In this second book in the American Revolutionary War Adventure series, Submarines, Secrets, and a Daring Rescue, twins Ambrose and John Clark find themselves volunteering for another mission to help the newly forming United States. Inspired by their success in delivering a secret message to General George Washington himself, the boys step up to help transport much-needed gunpowder to the patriots and end up in an even more dangerous situation, trying to man one of the first submarines and then, later, attempting a prison break to rescue one of their older brothers.   
My kids and I enjoyed the second book in this series, Submarines, Secrets, and a Daring Rescue, as much as we enjoyed the first.   My 12 year old son  asked me if he could borrow the book and read ahead.  He could not wait to find out what happened, and told me it was gripping.  He told me the book has familiar character with a brand new adventure.  The authors captures the danger of that time so eloquently.

The book starts off with the Clark twins, Ambrose and John Clark, trying to sneak into a gunpowder factory.  This time their older brother is there to make sure they do not get into too much trouble.  The book follows the adventures of the boys as they are trained to drive one of the first submarines, smuggle gunpowder,  rescue their brother, and all the while watching out for an old foe.   

I enjoyed all of the historical information in the back of the book.  There were letters, a glossary of terms and historical research. The authors have an amazing web site with more information, historical facts, certificates, and posters to print.  We had a lot of fun exploring the web site and reading more about the time period.
My kids and I highly recommend this book!  A great way to bring history to life!  

Disclosure of Material Connection: I received this book free from the publisher through the BookLook Bloggers <> book review bloggers program. I was not required to write a positive review. The opinions I have expressed are my own. I am disclosing this in accordance with the Federal Trade Commission’s 16 CFR, Part 255 <> : “Guides Concerning the Use of Endorsements and Testimonials in Advertising

Friday, May 06, 2016

Repost: Standardized Test or Portfolio Review

A question I receive often is “Should I give my home educated student a standardized test at the end of the year, or complete a narrative portfolio assessment to fulfill the end of the year requirement for homeschooling in Ohio?”   I usually reply it depends on what kind of information you hope to gain.   One way to look at this question is to think “Do you want one picture of one moment in time, or a running movie with many pictures taken over time? “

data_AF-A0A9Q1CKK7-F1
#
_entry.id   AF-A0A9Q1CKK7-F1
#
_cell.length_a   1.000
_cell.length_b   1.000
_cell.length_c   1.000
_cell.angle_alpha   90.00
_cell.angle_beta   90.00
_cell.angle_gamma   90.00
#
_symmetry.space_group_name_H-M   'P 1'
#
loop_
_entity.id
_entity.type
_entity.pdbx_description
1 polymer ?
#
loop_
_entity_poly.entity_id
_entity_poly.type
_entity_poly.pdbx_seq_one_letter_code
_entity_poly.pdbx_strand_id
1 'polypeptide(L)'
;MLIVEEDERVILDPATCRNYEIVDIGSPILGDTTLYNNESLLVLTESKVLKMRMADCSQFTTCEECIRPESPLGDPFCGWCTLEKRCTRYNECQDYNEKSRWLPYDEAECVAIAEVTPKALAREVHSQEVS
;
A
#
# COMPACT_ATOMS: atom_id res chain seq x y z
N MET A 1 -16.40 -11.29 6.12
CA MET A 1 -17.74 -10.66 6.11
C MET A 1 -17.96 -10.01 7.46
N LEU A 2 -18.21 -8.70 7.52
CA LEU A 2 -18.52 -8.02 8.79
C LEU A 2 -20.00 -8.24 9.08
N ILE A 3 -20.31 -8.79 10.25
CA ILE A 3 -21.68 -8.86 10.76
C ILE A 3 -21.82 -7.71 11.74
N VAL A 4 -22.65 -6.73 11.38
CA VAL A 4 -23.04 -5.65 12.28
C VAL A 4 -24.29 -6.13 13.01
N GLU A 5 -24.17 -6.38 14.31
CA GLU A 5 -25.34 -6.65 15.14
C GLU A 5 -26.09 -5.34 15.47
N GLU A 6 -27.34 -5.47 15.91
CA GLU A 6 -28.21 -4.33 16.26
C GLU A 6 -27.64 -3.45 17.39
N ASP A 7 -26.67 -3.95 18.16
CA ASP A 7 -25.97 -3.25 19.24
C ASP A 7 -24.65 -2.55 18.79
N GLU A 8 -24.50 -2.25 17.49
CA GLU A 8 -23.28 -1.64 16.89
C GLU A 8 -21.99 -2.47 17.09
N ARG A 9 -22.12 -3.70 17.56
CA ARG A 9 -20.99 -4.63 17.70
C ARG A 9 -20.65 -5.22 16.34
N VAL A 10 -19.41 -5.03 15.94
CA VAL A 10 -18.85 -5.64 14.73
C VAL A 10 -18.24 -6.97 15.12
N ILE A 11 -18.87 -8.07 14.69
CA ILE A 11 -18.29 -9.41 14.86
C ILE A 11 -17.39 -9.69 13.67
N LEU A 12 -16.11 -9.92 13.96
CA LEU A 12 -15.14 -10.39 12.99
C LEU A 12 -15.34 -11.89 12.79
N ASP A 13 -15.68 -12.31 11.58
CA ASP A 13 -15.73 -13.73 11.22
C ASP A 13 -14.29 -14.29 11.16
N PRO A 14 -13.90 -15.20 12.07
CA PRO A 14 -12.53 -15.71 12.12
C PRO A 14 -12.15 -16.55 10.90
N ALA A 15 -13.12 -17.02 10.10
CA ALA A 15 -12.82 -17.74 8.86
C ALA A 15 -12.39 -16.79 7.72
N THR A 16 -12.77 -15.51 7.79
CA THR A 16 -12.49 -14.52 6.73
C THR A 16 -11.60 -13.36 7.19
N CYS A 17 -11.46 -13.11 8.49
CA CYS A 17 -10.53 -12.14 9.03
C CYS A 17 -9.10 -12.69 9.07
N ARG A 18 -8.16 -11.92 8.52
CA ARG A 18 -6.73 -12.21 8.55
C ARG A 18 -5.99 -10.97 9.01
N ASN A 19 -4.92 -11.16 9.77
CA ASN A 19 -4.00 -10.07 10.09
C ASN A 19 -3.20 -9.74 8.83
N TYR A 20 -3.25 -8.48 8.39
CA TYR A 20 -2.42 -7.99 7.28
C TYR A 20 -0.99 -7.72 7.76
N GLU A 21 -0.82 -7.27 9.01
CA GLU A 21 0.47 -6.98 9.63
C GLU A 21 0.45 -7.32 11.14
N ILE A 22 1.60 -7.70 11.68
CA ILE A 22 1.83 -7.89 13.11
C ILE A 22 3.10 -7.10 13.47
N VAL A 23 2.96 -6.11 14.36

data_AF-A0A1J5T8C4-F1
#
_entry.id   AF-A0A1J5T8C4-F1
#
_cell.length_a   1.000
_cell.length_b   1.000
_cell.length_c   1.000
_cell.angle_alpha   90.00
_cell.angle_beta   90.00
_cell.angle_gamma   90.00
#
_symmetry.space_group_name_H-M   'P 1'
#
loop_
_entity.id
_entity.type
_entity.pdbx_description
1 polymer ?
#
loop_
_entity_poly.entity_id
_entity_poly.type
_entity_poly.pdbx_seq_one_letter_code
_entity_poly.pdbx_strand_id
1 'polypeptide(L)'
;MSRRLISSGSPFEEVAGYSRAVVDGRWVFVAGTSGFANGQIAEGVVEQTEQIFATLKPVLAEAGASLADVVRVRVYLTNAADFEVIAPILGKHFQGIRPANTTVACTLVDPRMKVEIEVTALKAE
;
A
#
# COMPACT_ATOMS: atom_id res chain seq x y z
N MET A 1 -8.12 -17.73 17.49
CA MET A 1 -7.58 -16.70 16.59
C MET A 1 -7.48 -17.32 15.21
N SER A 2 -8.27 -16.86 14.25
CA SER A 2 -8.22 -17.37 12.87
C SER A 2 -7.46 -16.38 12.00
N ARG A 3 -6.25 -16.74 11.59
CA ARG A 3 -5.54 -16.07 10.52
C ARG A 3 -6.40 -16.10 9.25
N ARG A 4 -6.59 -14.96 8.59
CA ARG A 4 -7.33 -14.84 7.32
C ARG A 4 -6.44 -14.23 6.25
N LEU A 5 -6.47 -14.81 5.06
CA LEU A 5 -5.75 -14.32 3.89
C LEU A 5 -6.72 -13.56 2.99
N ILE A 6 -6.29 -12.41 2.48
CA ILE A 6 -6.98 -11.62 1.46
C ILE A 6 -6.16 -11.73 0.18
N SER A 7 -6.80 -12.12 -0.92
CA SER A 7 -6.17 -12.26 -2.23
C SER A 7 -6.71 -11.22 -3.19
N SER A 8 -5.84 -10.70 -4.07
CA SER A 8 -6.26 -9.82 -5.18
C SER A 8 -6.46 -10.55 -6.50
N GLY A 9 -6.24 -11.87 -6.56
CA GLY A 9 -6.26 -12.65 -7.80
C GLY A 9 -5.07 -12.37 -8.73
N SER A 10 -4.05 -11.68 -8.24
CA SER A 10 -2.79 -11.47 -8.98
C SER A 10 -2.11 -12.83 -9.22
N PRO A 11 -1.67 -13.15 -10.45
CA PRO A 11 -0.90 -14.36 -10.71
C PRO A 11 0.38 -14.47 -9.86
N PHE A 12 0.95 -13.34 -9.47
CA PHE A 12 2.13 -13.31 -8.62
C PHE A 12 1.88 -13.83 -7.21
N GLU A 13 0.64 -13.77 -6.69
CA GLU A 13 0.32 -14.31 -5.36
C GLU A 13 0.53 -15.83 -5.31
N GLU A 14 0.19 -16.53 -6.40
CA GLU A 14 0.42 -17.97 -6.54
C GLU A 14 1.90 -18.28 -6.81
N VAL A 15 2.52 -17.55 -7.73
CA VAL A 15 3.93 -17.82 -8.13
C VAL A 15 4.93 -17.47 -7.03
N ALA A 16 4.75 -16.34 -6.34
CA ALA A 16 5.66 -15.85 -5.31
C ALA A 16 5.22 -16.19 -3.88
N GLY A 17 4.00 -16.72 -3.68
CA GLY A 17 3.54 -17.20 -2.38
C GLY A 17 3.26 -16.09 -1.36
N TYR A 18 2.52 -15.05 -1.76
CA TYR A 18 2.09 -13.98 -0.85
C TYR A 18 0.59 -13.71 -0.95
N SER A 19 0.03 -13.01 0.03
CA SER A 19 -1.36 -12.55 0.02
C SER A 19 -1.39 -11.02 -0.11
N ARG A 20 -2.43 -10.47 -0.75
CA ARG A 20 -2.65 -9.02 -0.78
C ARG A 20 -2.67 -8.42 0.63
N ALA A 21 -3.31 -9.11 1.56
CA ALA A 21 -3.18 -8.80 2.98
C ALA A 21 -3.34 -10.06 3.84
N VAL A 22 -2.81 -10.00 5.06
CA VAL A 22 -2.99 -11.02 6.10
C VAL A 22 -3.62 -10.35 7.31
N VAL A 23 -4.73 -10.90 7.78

A standardized test is a “snapshot “of a student at one moment in time.  A standardized test is scored in a consistent manner so you are able to compare your student to a group of students in the same grade who have taken the same test.  You usually receive a percentile ranking which tells you what percentage of the students taking the test your student scored better than.  For instance, if your student was in the 33rd percentile in math then your child scored better than 33 percent of students in the sample group from the publisher who took this test in math.
A standardized test is limited in that it is more likely to tell you what your student does not know versus what they do know or have learned this year.  A standardized test also dictates what the publisher feels is important for your student to know.  It does not take into account what your student has learned this past year.
A narrative portfolio assessment is a group of work samples that reflect your student’s growth and progress over the last year.   It consists of many “snapshots” that come together to reflect what your student has accomplished this year.  You, as parent educator, get to showcase what your student has accomplished this year.
Besides celebrating what your student has accomplished, a portfolio also helps you to plan instruction for the next year.   For instance, you realize you concentrated on learning your math facts, but did not spend as much time learning how to solve word problems.   Next year, you commit to working on more problem solving.  You look at your book list and notice that your student has mainly read adventure stories this past year.  You commit to introducing him/her to biographies, non-fiction, and or some poetry next year to vary his/her reading diet.   I believe this is time well spent.  You are assessing your student’s needs and planning instruction based on those needs.
A narrative portfolio assessment also gives you a chance to present what your child has accomplished to a certified Ohio teacher.  My hope is that when I review your student’s work I bring a different “set of eyes” to your student’s portfolio.   As an assessor, I try to provide encouragement to parents, insight into your student’s growth, and provide feedback to help you plan future instruction for your child.   My goal is to partner with you to celebrate your student’s accomplishments and encourage you on your home education journey.

Please click here to get started.  

Thursday, May 05, 2016

Cincinnati Used Curricullum Sale


2016 CHEC Used Curriculum and Book Sale
Saturday, May 14, 2016
9:00 am - 12:00 pm (Doors open at 8:30 am for sellers only)
Friendship Baptist Church
8580 Cheviot Rd
Cincinnati, OH 45251

Click  here for more information.  

Questions?  Send a note to .  Please do not call the Church.